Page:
[openstack-dev] Grizzly's out - let the numbers begin...

Thierry Carrez thierry at openstack.org
Fri Apr 5 09:03:28 UTC 2013

Michael Still wrote:
> On Fri, Apr 5, 2013 at 2:47 AM, Stefano Maffulli <stefano at openstack.org> wrote:
>> On 04/04/2013 08:24 AM, Mark McLoughlin wrote:
> [snip]
>>> Frankly, though, I'm losing faith in this "number of commits" statistic
>>> being all that useful. Most of my commits were probably trivial cfg
>>> cleanups in Nova.
>> Not one single number has meanings by itself but only acquires a meaning
>> inside a story. If you look at count of commits together with the number of
>> bugs closed over time, so you can see trends, for example, you may have an
>> idea of how much effort goes into stabilization vs new features. Looking at
>> commits and lines of code added/removed can also help understand where the
>> development effort is going. Or at least the numbers will seem to tell
>> something and force you to want to dive deeper.
> Yes. I am increasingly worried about employers managing to these
> numbers as well. I feel that the numbers that get discussed in the
> community are the ones employees are likely to optimise for.
> I'd like to see a more general discussion about what contributions we
> value as a community, and how we encourage those contributions.

Yeah, I'm having the same concern, and the official "activity board" is
only making it more pressing:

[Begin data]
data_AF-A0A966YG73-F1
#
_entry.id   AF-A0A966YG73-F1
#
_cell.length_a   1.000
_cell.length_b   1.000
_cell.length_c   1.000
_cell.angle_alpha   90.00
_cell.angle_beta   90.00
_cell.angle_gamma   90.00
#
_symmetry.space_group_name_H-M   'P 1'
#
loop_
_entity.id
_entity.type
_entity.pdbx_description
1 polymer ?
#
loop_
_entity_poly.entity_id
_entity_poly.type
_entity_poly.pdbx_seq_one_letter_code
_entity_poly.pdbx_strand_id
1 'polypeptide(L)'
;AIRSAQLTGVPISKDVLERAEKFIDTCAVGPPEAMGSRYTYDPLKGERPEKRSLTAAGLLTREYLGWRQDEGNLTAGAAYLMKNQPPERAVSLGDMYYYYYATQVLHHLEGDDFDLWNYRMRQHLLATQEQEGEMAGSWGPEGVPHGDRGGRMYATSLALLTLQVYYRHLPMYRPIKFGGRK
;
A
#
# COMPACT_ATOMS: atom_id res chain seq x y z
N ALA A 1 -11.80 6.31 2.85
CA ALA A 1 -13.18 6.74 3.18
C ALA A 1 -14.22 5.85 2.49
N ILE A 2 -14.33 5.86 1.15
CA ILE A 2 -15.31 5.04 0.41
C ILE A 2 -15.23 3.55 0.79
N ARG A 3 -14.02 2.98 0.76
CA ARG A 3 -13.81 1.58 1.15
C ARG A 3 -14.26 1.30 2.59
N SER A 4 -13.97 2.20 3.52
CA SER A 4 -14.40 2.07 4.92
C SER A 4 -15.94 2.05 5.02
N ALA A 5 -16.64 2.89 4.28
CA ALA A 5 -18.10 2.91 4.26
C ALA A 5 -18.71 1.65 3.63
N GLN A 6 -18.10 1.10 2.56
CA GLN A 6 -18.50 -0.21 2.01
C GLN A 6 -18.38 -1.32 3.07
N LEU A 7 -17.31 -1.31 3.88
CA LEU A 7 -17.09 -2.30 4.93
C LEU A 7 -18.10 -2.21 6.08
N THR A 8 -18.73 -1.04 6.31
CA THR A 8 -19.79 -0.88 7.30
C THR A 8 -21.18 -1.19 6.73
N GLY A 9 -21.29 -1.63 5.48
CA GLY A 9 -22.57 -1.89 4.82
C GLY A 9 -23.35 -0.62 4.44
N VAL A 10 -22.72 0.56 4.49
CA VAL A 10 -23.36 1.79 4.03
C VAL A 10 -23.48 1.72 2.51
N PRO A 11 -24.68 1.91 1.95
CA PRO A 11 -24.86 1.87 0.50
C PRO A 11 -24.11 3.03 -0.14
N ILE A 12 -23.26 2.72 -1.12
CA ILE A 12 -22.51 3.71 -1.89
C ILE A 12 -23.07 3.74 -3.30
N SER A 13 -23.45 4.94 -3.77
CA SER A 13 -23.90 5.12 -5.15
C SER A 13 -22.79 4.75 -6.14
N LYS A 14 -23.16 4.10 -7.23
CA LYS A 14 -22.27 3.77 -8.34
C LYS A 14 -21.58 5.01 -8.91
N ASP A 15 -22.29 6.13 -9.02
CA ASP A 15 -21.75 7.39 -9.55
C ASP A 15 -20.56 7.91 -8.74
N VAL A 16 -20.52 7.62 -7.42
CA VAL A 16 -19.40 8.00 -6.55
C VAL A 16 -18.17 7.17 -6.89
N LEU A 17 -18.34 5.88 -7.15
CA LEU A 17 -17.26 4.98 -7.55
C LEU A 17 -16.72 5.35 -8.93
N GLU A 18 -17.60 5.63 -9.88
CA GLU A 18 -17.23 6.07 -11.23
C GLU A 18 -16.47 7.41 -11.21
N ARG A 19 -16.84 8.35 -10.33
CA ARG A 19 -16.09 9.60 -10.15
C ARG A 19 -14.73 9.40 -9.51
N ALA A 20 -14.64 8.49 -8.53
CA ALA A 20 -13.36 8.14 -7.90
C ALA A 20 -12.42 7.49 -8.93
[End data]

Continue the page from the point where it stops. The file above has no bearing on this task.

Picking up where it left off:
On one hand, it's extremely difficult to get those stats right. Tracking
where everyone works is painful (the Bitergia report, for example, still
counts me under "Rackspace"). The metrics themselves can be a bit
unfair: we already mentioned the issue with "number of commits"... but
others fail as well (like "bug activity": stable branch management will
result in opening a lot of bugs for process tracking, which will be an
order of magnitude bigger than the number of bugs opened due to QA

On the other hand, more and more people/companies want to be able to
brag about their OpenStack contribution, or want to not appear too bad
on those lists. That leads to the incentive to game the system, once
some stats are made "official".

Until now, the stats posted were mostly one-shot and ad-hoc, to serve as
a reputational pressure encouraging people to contribute more,
especially in strategic areas. But if they become official and stable
metrics, they will be gamed, defeating their original purpose.

Bruce Schneier puts it in better words than I do in "Liars and Outliers":

"When you start measuring something and then judge people based on that
measurement, you encourage people to game the measurement instead of
doing whatever it is you wanted in the first place."

Thierry Carrez (ttx)
Release Manager, OpenStack

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